Homelessness & Housing Policy in the Golden State



Solve this mystery: Why does it cost three times as much to rent a U-Haul going from San Francisco to Austin than going in the other direction?

Answer: When all the movers are heading one direction (SF to Austin), you have to pay somebody to drive them back.

Lawrence McQuillan, a Senior Fellow and Director of the Center on Entrepreneurial Innovation at the Independent Institute, connects the dots in his new report on California’s dysfunctional housing policy. How to Restore the California Dream explains how the “Golden State” became the poster child for high housing costs and, relatedly, homelessness.

Through a combination of regulations, zoning taxes, and higher labor costs associated with union requirements, we’ve pushed thousands of low and middle-income residents to other states (or in the extremes, to the streets). Lawrence finds that California would need another 4 million additional housing units just to stabilize prices, yet this is impossible given the amount of red tape.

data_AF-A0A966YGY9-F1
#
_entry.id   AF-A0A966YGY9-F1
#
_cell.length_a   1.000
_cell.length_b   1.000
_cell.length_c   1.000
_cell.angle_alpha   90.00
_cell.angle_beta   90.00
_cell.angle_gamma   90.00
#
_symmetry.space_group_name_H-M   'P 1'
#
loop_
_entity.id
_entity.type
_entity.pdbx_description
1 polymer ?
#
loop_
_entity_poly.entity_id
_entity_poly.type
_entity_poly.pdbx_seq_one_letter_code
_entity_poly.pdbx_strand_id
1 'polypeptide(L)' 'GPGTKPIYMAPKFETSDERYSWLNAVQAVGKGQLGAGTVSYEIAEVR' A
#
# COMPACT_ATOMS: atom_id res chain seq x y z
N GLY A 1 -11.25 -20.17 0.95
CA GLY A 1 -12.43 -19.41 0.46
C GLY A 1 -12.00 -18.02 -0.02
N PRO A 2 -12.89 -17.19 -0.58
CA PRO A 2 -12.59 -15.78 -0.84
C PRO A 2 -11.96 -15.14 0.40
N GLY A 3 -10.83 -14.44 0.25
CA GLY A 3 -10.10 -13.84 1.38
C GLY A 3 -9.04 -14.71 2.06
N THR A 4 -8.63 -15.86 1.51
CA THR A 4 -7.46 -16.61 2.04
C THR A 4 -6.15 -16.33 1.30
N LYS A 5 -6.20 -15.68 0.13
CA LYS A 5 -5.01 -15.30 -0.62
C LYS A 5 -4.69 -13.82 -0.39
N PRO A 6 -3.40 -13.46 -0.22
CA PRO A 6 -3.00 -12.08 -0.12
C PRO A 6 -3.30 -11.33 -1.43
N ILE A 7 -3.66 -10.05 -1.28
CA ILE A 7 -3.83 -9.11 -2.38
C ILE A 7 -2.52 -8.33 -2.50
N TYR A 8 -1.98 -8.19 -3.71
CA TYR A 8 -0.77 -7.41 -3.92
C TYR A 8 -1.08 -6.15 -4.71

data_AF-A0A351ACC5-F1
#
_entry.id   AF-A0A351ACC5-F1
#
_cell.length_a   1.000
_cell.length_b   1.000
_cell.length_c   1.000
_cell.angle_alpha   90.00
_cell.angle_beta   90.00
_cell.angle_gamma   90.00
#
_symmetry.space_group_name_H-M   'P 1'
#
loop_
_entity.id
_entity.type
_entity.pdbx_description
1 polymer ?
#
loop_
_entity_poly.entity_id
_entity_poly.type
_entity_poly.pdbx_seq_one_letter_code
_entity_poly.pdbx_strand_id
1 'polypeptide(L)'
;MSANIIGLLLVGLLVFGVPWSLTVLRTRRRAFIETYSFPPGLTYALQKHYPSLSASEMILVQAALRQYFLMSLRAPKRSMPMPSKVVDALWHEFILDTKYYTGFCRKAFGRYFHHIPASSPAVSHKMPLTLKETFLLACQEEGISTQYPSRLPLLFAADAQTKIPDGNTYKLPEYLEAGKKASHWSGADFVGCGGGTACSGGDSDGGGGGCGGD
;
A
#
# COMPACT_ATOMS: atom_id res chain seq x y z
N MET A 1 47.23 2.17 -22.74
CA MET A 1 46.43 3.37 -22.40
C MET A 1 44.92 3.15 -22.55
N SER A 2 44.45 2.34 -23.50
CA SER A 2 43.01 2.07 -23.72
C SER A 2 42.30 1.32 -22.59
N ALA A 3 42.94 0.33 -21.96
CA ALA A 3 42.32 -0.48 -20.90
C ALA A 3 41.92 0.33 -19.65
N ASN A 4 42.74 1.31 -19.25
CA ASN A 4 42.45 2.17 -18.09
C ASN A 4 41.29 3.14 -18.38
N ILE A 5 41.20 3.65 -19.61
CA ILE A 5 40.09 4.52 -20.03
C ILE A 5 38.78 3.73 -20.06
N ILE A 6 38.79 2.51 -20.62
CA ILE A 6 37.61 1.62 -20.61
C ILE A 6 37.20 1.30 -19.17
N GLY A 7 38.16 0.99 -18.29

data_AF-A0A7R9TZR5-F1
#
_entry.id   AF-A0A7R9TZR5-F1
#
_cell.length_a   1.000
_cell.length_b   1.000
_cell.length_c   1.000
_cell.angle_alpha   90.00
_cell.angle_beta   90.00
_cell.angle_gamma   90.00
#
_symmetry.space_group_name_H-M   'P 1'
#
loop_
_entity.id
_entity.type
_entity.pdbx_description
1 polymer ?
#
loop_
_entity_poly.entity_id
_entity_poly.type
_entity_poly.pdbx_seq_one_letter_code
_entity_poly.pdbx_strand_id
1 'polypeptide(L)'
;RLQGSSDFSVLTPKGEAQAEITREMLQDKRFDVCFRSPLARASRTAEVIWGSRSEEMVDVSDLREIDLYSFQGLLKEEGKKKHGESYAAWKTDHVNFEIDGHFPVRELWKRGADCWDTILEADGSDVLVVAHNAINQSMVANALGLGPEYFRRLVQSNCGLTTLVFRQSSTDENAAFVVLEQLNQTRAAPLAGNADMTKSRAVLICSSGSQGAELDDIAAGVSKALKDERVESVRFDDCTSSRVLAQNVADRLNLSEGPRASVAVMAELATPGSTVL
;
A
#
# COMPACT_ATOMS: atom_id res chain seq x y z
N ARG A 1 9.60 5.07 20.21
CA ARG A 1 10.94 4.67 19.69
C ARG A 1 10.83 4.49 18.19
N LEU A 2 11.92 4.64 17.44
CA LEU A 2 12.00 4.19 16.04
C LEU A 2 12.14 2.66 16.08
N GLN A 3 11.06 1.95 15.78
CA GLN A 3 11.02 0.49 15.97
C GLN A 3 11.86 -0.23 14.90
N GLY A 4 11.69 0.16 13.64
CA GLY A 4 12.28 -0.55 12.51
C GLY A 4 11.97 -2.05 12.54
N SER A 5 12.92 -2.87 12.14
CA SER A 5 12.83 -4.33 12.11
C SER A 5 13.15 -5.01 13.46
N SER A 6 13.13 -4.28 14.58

As lower income people look for cheaper and cheaper housing, they crowd out those already living on the edge. Thus the homelessness has become a state of emergency.

Last time I had Lawrence on my show, we discussed California’s pension crisis. This Sunday, we’ll discuss housing and homelessness, and how a proposed Constitutional amendment could resolve the affordability crisis.

Finally, I ask Lawrence to define a “housing shortage,” which I argue cannot exist by definition. Are exorbitant housing costs simply the price we pay for living the California Dream?